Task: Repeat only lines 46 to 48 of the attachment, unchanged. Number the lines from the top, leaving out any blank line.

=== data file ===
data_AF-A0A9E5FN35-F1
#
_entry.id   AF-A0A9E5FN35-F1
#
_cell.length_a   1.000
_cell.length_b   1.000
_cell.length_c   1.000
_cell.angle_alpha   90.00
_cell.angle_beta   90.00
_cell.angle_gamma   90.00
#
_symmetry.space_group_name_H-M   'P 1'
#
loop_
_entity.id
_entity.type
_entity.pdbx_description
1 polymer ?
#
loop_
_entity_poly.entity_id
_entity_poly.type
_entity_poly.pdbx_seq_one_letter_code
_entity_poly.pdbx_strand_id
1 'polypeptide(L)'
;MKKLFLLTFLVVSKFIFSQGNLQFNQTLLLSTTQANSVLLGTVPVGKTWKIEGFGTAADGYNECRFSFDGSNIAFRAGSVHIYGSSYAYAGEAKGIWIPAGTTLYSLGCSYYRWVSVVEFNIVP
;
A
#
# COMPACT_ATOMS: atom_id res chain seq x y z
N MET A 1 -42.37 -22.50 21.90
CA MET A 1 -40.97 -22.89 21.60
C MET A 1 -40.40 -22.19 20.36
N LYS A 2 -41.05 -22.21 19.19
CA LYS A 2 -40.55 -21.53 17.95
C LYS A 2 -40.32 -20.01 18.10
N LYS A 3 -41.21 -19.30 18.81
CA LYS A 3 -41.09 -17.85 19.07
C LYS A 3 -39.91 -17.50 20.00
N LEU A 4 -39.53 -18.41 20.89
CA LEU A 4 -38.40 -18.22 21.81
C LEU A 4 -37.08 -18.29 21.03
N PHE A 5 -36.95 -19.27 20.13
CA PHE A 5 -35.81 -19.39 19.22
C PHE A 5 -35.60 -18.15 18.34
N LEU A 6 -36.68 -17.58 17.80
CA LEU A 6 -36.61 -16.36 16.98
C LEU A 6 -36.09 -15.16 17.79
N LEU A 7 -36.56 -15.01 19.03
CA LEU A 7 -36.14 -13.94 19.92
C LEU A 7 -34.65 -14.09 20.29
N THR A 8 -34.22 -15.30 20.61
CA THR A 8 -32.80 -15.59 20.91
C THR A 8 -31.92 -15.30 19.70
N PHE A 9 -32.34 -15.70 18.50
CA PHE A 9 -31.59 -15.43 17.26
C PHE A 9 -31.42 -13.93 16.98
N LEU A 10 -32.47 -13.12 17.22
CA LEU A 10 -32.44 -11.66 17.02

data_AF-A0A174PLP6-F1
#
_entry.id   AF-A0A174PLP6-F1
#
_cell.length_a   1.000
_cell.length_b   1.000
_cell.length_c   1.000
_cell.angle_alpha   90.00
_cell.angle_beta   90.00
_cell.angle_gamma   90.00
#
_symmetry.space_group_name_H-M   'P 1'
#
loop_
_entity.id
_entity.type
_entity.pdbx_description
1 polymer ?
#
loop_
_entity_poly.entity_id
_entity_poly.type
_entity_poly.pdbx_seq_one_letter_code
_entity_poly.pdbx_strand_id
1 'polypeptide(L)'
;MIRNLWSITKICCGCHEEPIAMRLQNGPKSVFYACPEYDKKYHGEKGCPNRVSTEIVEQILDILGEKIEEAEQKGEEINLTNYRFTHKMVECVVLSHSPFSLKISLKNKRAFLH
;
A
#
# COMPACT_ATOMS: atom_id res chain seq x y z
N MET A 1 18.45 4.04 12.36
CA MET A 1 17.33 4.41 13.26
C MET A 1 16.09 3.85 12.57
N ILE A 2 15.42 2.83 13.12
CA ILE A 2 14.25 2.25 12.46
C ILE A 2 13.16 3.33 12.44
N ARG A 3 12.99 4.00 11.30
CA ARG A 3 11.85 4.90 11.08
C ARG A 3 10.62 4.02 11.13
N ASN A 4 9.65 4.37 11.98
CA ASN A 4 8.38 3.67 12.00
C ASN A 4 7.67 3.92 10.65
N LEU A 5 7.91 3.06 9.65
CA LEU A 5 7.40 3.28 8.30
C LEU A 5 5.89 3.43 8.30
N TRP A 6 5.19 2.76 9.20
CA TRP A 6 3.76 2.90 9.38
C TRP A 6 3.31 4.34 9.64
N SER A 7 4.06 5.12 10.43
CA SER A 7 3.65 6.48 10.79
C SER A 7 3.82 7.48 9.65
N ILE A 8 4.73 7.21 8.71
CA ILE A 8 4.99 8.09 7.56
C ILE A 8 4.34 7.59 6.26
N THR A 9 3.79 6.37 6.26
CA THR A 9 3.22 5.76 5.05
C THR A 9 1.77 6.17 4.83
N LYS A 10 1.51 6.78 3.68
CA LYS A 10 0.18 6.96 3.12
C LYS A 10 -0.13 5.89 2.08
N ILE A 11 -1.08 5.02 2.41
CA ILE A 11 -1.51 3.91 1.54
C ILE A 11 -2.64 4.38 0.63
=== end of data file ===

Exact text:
N LEU A 6 -36.68 -17.58 17.80
CA LEU A 6 -36.61 -16.36 16.98
C LEU A 6 -36.09 -15.16 17.79